Tusculum Jazz Band featured at July 20 Lyrics on the Lawn event

Posted on 14 July 2017 by srichey@tusculum.edu

Lyrics on the Lawn 2017 Summer Concert Series continues Thursday, July 20, at 7 p.m.  The free concert will be held on the lawn of the Dickson-Williams Mansion in the heart of downtown Greeneville.  The concerts take place each Thursday evening in July.  The opening act will begin at 7 p.m. with intermission scheduled for 7:45 p.m. and the headliner takes the stage at 8 p.m.  On site event food vendors for this concert include, Creamy Cup, and Top Dog Hot Dog.  Food service is scheduled to start at 6 p.m. Bring your lawn chairs and/or blankets and select your spot to enjoy the evening. The event is smoke-free.  Please note pets are welcome; however, they must remain within the designated Fido Friendly area during the event.

 

 

This Thursday – July 20

Tusculum Jazz Band

The Tusculum Jazz Band has definitely “got that swing.” Featuring a repertoire of swing and popular toe-tapping tunes, the Jazz Band has a growing reputation in Northeast Tennessee. The group has performed in not only concerts and activities on the Tusculum campus but also in the community. The jazz band has performed at events such as the Laughlin Foundation Derby Days, Music on the Square in Jonesborough and Main Street Greeneville’s Christmas in Downtown celebration. This group is an integral part of the Tusculum Band program, which began in 2010 with the formation of a Pep Band. In addition the program has grown to include a Marching Band, Concert Band, Handbell Choir and various small ensembles.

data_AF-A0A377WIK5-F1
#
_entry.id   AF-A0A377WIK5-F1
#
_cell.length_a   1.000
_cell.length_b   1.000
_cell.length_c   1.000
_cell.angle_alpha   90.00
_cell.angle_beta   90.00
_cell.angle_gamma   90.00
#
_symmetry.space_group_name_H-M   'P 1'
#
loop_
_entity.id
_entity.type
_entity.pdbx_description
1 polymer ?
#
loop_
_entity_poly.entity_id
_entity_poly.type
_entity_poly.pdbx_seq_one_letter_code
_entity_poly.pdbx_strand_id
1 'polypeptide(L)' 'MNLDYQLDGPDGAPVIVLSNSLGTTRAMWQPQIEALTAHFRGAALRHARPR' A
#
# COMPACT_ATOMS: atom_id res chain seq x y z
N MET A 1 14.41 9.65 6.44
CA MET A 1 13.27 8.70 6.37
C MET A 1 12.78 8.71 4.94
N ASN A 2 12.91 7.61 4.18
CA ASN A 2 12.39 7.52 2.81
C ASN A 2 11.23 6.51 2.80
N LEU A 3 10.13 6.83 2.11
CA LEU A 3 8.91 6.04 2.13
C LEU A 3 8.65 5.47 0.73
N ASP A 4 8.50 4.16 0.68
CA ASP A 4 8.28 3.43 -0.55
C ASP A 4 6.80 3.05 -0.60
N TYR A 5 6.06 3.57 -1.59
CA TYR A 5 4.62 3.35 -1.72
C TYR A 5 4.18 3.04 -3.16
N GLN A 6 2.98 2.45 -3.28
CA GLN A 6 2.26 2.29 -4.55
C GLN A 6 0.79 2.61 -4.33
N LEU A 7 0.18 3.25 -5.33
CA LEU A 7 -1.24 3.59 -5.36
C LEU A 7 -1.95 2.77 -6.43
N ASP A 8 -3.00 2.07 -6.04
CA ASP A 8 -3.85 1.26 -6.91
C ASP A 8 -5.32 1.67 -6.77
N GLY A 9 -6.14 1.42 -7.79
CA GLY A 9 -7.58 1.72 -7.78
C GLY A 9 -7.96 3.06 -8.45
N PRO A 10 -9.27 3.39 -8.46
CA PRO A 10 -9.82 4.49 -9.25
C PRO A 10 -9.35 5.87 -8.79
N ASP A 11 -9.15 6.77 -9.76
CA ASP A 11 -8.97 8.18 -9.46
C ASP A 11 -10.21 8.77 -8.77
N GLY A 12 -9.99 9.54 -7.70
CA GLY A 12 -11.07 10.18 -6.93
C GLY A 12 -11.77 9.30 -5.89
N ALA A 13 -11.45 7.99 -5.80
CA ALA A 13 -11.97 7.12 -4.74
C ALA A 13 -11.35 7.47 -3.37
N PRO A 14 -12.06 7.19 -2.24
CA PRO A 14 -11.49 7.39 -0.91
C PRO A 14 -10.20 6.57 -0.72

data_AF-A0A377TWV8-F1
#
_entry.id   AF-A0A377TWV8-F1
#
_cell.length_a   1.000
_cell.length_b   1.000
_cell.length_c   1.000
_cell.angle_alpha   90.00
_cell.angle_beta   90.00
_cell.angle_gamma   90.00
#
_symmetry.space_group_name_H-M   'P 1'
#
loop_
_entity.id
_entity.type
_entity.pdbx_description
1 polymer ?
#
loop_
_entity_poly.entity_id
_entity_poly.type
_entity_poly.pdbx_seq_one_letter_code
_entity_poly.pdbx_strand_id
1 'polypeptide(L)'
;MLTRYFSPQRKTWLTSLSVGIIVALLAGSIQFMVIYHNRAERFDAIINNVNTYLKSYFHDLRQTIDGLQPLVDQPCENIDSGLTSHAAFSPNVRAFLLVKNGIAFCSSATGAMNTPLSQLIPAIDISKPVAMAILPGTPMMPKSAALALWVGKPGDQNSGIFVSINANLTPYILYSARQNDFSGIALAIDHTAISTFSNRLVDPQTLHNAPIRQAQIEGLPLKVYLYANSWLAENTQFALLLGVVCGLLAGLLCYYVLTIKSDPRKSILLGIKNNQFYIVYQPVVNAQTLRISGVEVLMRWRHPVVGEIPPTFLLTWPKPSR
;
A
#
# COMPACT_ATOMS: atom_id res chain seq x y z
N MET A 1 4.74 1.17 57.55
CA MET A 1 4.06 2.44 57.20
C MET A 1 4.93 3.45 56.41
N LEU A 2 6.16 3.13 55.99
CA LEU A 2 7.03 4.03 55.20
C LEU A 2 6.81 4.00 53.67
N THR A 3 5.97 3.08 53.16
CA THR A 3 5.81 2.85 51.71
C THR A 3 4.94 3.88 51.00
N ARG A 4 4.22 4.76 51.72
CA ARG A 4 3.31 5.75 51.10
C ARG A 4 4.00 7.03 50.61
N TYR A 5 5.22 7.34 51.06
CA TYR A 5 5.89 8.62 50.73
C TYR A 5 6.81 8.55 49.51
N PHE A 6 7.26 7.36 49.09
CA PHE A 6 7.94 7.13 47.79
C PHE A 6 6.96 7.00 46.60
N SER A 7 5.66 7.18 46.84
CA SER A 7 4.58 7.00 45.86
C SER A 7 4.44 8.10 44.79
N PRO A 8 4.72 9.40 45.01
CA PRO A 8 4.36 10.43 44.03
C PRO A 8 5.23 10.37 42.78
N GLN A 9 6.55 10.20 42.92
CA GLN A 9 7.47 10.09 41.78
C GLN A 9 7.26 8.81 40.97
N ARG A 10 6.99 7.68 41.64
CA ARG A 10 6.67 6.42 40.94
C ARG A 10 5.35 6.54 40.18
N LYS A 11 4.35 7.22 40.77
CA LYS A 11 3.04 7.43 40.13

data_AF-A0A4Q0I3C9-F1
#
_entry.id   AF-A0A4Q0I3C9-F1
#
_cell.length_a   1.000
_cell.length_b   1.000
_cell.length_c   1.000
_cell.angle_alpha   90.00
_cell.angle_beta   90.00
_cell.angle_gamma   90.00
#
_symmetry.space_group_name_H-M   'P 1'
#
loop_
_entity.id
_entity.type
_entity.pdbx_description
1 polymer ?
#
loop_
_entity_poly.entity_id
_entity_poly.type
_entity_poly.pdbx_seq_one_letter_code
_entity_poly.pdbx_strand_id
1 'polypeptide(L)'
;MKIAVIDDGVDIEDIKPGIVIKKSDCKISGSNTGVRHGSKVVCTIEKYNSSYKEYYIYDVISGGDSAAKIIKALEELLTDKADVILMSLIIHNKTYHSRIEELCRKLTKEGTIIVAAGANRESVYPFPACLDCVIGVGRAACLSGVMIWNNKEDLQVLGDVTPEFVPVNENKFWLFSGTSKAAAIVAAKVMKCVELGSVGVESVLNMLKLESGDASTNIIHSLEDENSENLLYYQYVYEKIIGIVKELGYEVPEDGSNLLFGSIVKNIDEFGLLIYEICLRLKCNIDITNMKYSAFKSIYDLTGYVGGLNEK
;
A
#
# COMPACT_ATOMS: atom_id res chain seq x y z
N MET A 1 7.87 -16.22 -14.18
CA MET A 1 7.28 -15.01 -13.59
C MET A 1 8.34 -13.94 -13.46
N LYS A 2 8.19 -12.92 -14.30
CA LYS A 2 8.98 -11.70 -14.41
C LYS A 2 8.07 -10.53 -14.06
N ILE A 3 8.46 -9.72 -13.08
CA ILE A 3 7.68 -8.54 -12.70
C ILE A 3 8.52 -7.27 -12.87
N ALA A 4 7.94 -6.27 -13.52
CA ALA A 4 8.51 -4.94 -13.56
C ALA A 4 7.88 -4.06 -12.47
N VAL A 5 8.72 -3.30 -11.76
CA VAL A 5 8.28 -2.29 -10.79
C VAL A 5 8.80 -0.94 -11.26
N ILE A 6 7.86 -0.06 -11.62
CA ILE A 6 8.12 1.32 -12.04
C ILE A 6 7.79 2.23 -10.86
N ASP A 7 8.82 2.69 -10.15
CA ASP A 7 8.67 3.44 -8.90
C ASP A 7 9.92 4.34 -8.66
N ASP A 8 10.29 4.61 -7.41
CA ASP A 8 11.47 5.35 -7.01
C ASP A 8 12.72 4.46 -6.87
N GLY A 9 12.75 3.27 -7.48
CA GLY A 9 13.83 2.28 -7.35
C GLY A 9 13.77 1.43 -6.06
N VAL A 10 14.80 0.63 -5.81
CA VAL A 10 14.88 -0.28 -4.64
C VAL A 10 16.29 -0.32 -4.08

The Brother Boys

The Brother Boys have reunited to bring their tongue and groove harmony and infectious rhythm to the stage once again.  Ed Snodderly and Eugene Wolf began their brother-duet singing back in the 90s, releasing three critically acclaimed recordings; two for Sugar Hill, Plow, produced by Jerry Douglas and the self-produced Presley’s Grocery and one for England’s Zu-Zazz Records, Mulehead. Years before the term Americana was born, they called their music New Hillbilly, which sounded good at the time; a way to distinguish the blending of country, bluegrass and rockabilly. The Brother Boys have a knack for this old sound.  The emotions and country heartache tones match the landscape of East Tennessee, where they both grew up. The Brother Boys were recently featured on the Great Smoky Mountains Association release, On Top of Old Smoky; New Old-Time Smoky Mountain Music alongside Dolly Parton, Norman and Nancy Blake, Bryan Sutton, Jody Stecher and a host of the old-time musicians paying tribute to the music of the people who left the mountains in the 1930’s so the National Park could be established.

 

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